Tackling resistance to antibiotics and good sense
My profession is brimming with good ideas, overflowing with passion and innovation
Sid Dajani gives a talk on antimicrobial resistance and fumes over funding cuts
Today is just another day, and inÂ the pantheon of world events itâ€™s bit of a non-starter. By the way, if itâ€™s your birthday, forgive me. Of course itâ€™s important!
But Iâ€™m on my way to the HouseÂ of Commons to deliver a speech on antimicrobial resistance, in light of the latest strategy to tackle drug-resistant germs. There will be at least 100 MPs there for flu jabs, along with civil servants and various dignitaries, and I will be outlining what a world without antibiotics would look likeÂ if we donâ€™t develop both a national and a global strategy, and now.
It may sound like a plot from a science- fiction novel but a post-antibiotic world
is one where even a cut finger could cost you your life, where routine operations
like appendectomies will be seriously dangerous, and you can totally forget about other surgical interventions, because you canâ€™t perform surgery and prevent a lethal infection without antibiotics. It would signal a total collapse of the modern medical system and a future where we return to the dark ages of medicine.
Do I sound like Iâ€™m exaggerating? Well already in Europe we see roughly the
same number of people dying from drug- resistant germs as they do from road traffic accidents. But get this; the independent Oâ€™Neill Review commissioned by David Cameronâ€™s government predicts this figure will rise to 10 million annually by 2050 if we keep on doing what weâ€™re doing. All scary stuff, and nothing changes the facts no matter whoâ€™s now the PM.
Sci-fi and clichÃ©s
En route, I am musing on what to say, desperately doing my best not to over- dramatise the evidence or say that frankly we will need to rely on luck rather than anything a good surgeon or doctor could do. It all sounds like a plot from the latest science-fiction best-seller but I canâ€™t think of a better clichÃ© than â€˜life can be stranger than fictionâ€™.
I head for the quiet corner of a bar to ponder while waiting for my train. Opposite me is a 35-ish man. Slim-fit suit. Black chisel-toe shoes. Designer stubble. Number two haircut around the edges, long and spiky on the top. He has two mobile phones. When he finishes one call, the other one rings. He is hunched, stressed, and, from what I can gather from the calls, going through a divorce. On one phone he barks instructions: the hot-line to lawyers. On the other, a more soothing tone. Iâ€™m guessing thatâ€™s the infidelity phone, and heâ€™s intent on getting something organised for the weekend. He slips a pile of papers into his Boss document case and strides away.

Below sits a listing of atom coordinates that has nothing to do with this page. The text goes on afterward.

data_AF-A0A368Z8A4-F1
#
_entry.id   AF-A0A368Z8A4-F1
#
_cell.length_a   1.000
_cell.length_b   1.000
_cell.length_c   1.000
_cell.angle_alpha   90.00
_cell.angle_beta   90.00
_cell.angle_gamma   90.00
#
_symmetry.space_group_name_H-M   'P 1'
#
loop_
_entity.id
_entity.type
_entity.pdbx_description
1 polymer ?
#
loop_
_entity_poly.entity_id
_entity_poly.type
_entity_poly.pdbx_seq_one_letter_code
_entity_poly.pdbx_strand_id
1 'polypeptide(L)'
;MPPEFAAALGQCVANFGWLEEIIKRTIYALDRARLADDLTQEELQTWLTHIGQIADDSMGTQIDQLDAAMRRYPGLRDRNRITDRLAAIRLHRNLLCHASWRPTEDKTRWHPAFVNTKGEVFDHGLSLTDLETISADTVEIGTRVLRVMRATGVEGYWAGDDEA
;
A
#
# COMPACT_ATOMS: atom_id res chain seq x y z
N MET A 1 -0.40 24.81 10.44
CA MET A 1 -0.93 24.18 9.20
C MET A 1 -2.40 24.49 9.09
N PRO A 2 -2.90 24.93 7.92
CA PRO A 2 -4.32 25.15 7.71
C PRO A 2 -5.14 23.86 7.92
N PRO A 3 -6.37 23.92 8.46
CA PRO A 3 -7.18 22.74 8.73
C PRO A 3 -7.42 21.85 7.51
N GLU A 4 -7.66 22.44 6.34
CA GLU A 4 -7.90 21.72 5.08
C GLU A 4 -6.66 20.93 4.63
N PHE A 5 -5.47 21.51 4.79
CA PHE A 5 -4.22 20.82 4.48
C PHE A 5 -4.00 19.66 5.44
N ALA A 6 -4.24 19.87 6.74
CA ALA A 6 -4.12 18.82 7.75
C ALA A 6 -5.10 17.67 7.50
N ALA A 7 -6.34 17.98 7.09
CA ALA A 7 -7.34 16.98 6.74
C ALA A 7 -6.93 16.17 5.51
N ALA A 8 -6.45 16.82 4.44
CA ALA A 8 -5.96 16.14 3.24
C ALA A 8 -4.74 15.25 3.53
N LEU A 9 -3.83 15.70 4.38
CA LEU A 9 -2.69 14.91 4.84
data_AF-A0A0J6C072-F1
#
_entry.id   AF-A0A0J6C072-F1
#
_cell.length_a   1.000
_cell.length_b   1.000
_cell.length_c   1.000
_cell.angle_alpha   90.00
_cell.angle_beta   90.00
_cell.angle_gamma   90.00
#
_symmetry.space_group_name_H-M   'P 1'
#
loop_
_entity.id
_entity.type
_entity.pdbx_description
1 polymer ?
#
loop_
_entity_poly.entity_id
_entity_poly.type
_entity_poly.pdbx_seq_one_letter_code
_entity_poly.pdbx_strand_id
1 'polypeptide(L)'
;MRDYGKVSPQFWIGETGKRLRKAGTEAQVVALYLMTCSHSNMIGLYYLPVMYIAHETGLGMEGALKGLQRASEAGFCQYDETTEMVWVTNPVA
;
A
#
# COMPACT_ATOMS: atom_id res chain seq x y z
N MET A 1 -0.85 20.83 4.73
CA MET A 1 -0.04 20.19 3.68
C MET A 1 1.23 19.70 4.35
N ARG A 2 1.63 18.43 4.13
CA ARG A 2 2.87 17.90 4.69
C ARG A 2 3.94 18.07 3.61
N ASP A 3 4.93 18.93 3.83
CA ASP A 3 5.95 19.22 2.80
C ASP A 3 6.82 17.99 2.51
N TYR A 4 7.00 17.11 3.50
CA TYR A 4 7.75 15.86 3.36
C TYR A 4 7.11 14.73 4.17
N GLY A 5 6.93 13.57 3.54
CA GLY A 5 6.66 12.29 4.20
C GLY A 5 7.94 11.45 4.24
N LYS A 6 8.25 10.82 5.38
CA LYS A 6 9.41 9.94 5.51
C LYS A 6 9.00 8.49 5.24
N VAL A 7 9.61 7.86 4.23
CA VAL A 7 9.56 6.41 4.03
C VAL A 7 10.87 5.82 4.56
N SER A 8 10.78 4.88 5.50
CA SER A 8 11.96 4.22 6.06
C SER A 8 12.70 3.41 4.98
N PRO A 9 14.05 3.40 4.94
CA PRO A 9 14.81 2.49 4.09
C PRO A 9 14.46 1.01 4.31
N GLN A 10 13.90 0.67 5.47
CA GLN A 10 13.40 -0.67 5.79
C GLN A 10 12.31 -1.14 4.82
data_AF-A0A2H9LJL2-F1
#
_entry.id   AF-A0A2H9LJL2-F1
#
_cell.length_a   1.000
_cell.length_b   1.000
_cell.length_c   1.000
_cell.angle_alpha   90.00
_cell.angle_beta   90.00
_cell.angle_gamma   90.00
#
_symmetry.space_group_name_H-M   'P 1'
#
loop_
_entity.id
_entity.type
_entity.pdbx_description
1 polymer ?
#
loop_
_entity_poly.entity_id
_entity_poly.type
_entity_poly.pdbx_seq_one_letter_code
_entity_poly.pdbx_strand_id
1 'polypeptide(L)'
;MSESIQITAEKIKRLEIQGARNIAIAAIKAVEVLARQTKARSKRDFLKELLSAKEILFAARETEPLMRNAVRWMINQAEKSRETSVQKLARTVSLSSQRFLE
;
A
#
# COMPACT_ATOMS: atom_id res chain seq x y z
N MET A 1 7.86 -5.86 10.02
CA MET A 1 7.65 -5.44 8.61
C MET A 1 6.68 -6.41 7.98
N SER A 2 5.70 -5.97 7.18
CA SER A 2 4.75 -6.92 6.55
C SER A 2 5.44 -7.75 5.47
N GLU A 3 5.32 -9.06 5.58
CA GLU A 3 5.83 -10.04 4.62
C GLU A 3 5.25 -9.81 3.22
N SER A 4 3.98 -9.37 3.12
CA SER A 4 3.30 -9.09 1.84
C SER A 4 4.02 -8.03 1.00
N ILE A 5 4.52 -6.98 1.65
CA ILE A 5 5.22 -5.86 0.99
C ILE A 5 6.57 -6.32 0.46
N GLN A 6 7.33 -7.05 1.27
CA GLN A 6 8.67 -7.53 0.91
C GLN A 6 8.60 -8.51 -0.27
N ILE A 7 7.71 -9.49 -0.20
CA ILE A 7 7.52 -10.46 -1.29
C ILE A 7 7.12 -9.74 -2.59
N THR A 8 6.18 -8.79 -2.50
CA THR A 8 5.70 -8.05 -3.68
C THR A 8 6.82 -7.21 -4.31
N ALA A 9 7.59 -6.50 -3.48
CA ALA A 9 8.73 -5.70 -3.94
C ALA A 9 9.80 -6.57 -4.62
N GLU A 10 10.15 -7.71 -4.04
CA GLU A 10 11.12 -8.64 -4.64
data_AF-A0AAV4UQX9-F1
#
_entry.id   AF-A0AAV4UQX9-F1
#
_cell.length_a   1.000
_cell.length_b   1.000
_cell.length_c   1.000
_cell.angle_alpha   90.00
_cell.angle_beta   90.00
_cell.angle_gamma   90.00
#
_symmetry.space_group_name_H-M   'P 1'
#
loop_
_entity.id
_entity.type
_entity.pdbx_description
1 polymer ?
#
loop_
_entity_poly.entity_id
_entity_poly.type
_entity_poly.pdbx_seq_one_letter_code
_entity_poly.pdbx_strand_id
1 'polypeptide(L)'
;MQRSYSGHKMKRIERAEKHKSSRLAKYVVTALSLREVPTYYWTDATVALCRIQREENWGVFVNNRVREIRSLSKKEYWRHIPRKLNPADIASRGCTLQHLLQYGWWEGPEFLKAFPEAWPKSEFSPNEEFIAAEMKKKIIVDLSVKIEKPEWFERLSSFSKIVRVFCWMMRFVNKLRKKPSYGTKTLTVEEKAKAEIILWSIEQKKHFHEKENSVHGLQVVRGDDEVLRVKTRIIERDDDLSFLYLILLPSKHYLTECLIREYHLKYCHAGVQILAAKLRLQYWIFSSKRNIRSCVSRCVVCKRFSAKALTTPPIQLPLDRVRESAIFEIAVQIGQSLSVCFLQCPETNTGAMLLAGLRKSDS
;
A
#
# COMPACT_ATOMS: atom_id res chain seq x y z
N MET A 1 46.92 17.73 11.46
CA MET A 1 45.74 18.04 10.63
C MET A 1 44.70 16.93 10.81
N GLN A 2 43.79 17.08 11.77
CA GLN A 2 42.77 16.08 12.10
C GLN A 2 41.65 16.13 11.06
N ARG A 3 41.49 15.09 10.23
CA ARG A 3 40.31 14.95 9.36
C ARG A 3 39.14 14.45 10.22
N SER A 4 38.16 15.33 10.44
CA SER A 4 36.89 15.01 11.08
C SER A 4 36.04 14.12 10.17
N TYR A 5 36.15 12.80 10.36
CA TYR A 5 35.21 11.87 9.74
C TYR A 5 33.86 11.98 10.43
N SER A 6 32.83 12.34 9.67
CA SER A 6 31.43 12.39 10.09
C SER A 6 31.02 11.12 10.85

My phone goes off and I canâ€™t believe my eyes. I get goosebumps, then goosebumps on top of my goosebumps. The pharmacy cuts have been announced and my shock horror shifts away from the apocalypseÂ of antimicrobial resistance to the voodoo arithmetic of proposed pharmacy funding,Â or I should say non-funding.
It never ceases to amaze me how stupidÂ most politicians are. Or perhaps I could put it another way â€“ it never ceases to amaze me how stupid politicians think we are.
The NHS is crippled due to ever-growing demand and years of underfunding. The top deck has never recognised the frontline nor listened to those in the know, instead favouring false platitudes and numerous unnecessarily expensive reorganisations to hide its inefficiencies.
To meet increased demand, you donâ€™t make cuts, you invest or you lose. Yet this is what this government is proposing and the
cuts are coming at a pivotal time as we face other challenges and opportunities to shape our future as an important element of the frontline health service.
As a qualified prescriber, vaccinator, public health professional and optimiser of all things pharmaceutical, my professionÂ is brimming with good ideas, overflowing with passion and innovation. People like me come to work because they want to do something noble and right and worthwhile.
We can help deliver services for those hard-to-reach groups and we can be more integrated into frontline care. With the stroke of a pen we could reduce GP waiting times, alleviate bursting NHS hospital wards, heal sick people quicker, keep people at work, save costs and keep quality high. Yet we are perennially shaped and adversely affected by short-sighted, deeply uninformed and unscrupulous civil servants and politicians.
Now I donâ€™t hate politicians â€“ we need them and some do a great job. But Iâ€™ve realised over the years how alike many of them are. For example, if I said the current pharmacy minister David Mowat or even Jeremy Hunt are out of the same mould as Boris Johnson youâ€™d say Iâ€™d lost it, but theyâ€™re more alike than youâ€™d think. Ambitious, determinedÂ and dangerous; they are all prepared to recycle falsehoods.
Did Boris know that pledging to give the NHS Â£350m a week from the proceeds of Brexit was not possible? Did he realise Â£350m is a spit in the bucket for a service that costs Â£2bn a week to run? If he didnâ€™t he should be nowhere near high office. If he did, he should still be nowhere near high office.
Using the NHS as a political football is not just a Boris trick. David Mowat and Jeremy Hunt are doing the same thing. Disguising the smash and grab cuts as necessary to modernise pharmacy is frankly a con.
Some politicians have more in common with antimicrobial resistance than they realise. The latter is resistant to drugs and the other resistant to good sense!